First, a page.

The headline is scary, but the prospects are real. The Detroit Pistons, losers of two straight, are in the midst of their toughest stretch of the schedule, and face the real possibility of going from 14-6 on No. 29 to 14-13 on Dec. 12.
Somehow the Pistons, already owners of the seventh-most difficult schedule so far this season face a murders’ row in their net five contests. They visit a San Antonio team who just rested a bunch of important players then visit the red-hot Milwaukee Bucks on Wednesday.
They then face a Golden State team looking to exact some revenge for a late October loss and turn around and face a Boston team also looking to make up for a loss against Detroit. It all ends on Dec. 12 with a visit from the 13-9 Denver Nuggets.
With two losses against tough Eastern Conference teams in Washington and Philly already in their back pocket, the Pistons are staring down the very real possibility of an 0-7 stretch that is sure to make a hesitant fan base even more anxious.
Of course, this team has spent all season defying expectations. They weren’t supposed to beat the then healthy and undefeated Los Angeles Clippers at Staples Center. And they certainly weren’t supposed to turn around the next night and beat the Warriors in Oracle Arena.
They weren’t supposed to come away with big road wins in Minnesota or Oklahoma City or Boston. But they did. Because this team is for real.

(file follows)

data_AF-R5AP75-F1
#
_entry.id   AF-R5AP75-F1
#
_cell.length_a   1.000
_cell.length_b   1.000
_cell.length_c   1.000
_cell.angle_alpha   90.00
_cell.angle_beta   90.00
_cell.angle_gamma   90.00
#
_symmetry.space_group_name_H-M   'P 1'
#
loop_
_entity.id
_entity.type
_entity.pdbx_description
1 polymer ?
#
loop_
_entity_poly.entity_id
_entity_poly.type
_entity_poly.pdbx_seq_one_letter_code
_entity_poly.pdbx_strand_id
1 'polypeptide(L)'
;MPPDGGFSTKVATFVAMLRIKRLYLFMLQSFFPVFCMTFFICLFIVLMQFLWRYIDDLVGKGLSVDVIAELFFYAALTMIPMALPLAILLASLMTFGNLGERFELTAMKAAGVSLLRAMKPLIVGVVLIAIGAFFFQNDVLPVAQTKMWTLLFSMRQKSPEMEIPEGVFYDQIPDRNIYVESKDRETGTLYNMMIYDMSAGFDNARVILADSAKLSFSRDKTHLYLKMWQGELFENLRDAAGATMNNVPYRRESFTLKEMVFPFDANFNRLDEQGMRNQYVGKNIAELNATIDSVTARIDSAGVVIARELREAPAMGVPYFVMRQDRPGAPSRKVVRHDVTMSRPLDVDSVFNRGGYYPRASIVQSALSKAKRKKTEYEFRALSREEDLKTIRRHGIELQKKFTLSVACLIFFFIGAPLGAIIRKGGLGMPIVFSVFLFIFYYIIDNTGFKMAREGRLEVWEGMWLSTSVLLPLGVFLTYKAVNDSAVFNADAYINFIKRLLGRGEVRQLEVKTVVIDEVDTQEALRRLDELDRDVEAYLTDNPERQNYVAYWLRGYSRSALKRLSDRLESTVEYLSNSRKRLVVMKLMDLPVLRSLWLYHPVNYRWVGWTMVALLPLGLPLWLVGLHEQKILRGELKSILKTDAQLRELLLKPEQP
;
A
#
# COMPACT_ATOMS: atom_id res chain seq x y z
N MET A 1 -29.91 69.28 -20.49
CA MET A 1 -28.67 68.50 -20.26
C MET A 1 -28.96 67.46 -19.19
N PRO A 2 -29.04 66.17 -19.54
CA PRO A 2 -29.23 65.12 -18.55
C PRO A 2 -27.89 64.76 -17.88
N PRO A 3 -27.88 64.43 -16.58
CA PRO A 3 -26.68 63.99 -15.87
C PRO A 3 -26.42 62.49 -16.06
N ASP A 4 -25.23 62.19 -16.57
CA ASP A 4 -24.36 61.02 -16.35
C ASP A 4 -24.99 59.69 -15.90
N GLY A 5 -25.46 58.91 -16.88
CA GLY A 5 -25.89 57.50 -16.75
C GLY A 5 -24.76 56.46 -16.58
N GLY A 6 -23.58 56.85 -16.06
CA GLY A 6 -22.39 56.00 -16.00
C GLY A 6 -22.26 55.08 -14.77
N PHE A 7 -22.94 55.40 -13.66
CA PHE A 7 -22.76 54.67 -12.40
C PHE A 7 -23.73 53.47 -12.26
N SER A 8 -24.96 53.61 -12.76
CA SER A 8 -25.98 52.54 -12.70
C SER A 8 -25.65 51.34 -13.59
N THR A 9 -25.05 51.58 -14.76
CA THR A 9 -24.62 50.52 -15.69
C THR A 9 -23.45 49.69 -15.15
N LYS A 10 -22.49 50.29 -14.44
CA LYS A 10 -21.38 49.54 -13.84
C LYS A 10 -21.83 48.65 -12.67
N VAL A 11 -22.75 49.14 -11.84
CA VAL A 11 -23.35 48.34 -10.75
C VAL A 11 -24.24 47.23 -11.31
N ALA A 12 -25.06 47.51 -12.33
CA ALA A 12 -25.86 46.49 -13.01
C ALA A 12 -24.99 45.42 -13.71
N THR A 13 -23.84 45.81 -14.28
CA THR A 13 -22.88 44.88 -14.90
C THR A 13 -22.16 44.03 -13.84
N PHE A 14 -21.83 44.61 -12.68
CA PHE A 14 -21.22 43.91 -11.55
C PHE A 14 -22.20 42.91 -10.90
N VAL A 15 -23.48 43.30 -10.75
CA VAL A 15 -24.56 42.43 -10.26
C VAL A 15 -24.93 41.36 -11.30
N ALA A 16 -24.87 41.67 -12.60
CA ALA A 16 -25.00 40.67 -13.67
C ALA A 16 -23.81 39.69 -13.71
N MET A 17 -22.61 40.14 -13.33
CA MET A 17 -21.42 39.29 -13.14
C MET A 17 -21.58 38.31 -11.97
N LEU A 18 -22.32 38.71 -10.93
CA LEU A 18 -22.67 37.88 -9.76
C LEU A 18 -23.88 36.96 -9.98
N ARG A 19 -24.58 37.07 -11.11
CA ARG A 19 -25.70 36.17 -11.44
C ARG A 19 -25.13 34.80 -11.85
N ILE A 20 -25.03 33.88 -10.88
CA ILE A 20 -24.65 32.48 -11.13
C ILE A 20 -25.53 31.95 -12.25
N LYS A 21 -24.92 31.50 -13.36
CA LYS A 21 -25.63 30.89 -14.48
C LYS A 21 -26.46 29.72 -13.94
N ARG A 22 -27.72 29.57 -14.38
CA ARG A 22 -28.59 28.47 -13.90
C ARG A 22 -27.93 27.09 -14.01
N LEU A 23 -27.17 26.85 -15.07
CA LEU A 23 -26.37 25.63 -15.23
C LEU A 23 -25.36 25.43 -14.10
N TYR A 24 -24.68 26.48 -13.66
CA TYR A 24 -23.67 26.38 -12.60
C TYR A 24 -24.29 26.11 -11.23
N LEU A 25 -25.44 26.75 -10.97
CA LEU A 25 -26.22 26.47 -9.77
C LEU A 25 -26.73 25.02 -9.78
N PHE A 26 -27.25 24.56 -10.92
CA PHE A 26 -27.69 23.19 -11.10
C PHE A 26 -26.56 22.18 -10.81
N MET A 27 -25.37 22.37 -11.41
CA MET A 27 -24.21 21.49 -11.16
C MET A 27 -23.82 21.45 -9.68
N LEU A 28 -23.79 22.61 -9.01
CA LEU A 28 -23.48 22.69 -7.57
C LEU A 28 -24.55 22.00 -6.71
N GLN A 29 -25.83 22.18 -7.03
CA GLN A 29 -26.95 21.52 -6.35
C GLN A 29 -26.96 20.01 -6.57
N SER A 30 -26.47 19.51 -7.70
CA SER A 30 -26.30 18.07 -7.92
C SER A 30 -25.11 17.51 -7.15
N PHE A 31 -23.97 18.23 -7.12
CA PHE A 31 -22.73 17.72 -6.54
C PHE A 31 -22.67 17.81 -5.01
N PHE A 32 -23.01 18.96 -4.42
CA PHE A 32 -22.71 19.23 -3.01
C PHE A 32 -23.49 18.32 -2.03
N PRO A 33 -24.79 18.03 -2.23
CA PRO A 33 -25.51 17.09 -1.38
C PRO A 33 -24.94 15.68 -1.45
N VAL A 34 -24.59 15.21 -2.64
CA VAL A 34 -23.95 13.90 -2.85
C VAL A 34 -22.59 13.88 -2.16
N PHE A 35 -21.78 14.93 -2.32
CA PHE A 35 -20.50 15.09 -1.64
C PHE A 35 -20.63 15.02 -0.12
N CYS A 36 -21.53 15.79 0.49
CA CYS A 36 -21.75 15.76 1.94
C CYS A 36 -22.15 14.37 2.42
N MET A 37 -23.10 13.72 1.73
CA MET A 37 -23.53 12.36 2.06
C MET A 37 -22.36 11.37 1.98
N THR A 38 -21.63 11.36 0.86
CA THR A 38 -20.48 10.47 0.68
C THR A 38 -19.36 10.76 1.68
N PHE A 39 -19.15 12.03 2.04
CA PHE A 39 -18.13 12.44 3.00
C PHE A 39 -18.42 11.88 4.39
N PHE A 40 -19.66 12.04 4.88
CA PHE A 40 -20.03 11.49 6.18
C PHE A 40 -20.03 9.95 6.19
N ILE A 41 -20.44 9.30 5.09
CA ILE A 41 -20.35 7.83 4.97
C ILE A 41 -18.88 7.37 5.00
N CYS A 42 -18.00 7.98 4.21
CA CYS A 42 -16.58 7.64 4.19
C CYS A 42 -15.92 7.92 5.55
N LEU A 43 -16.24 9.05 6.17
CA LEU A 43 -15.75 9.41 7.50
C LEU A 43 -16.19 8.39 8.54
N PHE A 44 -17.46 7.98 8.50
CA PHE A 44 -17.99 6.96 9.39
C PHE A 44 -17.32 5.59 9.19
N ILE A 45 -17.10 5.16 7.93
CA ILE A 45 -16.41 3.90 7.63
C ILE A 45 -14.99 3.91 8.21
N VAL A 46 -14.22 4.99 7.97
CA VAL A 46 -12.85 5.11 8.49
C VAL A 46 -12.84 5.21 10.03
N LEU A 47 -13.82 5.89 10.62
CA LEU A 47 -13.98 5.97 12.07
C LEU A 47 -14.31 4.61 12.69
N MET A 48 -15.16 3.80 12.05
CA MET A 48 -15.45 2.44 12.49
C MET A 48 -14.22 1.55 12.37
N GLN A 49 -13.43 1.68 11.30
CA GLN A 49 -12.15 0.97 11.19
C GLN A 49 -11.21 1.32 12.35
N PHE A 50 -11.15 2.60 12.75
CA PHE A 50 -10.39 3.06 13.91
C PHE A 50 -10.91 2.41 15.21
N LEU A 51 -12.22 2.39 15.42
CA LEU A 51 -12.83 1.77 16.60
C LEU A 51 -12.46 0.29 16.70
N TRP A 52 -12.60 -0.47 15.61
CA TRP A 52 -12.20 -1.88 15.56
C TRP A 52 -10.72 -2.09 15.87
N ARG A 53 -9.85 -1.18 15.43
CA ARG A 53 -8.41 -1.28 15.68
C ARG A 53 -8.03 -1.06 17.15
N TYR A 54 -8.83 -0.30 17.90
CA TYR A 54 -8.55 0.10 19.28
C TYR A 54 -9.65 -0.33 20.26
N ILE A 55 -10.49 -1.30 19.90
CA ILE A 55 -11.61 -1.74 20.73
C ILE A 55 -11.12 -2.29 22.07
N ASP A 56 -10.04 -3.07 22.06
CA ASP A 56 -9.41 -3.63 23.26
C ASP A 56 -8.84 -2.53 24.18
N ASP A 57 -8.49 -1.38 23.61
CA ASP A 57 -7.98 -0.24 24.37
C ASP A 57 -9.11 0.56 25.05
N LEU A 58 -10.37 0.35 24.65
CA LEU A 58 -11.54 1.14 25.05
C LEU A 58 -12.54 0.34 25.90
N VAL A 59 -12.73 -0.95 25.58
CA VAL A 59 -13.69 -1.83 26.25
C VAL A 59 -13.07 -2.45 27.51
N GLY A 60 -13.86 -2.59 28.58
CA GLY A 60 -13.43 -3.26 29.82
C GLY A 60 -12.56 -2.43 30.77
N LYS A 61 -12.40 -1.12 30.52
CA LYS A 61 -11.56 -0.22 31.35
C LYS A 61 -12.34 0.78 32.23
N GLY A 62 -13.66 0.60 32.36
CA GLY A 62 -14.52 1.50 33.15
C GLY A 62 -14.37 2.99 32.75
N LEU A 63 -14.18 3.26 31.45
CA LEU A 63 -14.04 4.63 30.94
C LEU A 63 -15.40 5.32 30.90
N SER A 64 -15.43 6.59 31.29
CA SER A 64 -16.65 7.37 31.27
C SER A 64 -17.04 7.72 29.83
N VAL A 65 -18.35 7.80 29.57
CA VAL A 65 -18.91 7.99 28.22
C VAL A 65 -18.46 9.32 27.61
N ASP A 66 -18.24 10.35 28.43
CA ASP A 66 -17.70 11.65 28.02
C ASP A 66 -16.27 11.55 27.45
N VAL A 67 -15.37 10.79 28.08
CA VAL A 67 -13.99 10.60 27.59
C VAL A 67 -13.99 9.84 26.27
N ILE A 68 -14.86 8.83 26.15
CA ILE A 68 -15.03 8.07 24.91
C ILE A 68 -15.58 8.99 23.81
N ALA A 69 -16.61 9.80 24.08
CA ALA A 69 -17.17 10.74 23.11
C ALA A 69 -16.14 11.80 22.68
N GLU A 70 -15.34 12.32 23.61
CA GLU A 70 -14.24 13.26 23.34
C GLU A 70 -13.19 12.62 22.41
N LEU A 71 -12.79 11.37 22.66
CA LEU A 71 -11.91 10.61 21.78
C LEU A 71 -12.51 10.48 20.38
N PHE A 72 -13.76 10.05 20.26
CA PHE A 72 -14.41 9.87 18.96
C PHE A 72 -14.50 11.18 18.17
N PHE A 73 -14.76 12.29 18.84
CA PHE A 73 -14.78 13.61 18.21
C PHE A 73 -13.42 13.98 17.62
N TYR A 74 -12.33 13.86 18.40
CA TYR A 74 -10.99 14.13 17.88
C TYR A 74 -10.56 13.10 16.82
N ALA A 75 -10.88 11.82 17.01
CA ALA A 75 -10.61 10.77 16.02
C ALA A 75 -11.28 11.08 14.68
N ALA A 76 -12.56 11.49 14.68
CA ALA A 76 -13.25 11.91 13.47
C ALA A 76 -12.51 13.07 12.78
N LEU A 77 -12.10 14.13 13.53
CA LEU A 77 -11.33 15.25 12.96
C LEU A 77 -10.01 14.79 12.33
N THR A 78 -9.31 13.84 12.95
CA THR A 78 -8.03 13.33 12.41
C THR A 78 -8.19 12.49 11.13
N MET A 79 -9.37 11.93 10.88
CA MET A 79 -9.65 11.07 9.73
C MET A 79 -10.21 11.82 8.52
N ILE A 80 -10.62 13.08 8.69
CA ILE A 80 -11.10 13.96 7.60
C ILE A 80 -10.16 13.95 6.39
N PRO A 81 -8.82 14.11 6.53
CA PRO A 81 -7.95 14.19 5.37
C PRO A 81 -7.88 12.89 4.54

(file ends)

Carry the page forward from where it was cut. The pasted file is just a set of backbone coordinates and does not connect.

And, truthfully, even if the team drops every game during this tough stretch they will be for real. Maybe not top 3 in the East, but they are a dangerous team on both ends and light years beyond last year’s disappointment.
They should also find their footing again as they approach 2018. After this insanely tough stretch, the Pistons face Atlanta, Indiana, Orlando, Dallas, New York, Indiana, Orlando and San Antonio.
This team is good, I think we can comfortably say that after a 22-game sample size. The Pistons are ranked sixth in the NBA in ESPN’s Relative Percent Index (which takes into account both wins and losses as well as quality of opponent.
They are near the top 10 in both offensive and defensive efficiency. They have transformed their offense from a predictable pick-and-roll attack to a dynamic motion offense that has unlocked the potential of Tobias Harris, Andre Drummond and complements a slew of efficient 3-point shooters.
They’re good, but they’re not 60-win good. And they’re probably not 40-win bad either. Rough waters are ahead, and if the Pistons come out of it on a seven-game losing streak it will be a profound disappointment but certainly not the end of the world.
And if the Pistons manage to eke out a few wins then it’s just more reason to believe this team isn’t just good but also dangerous.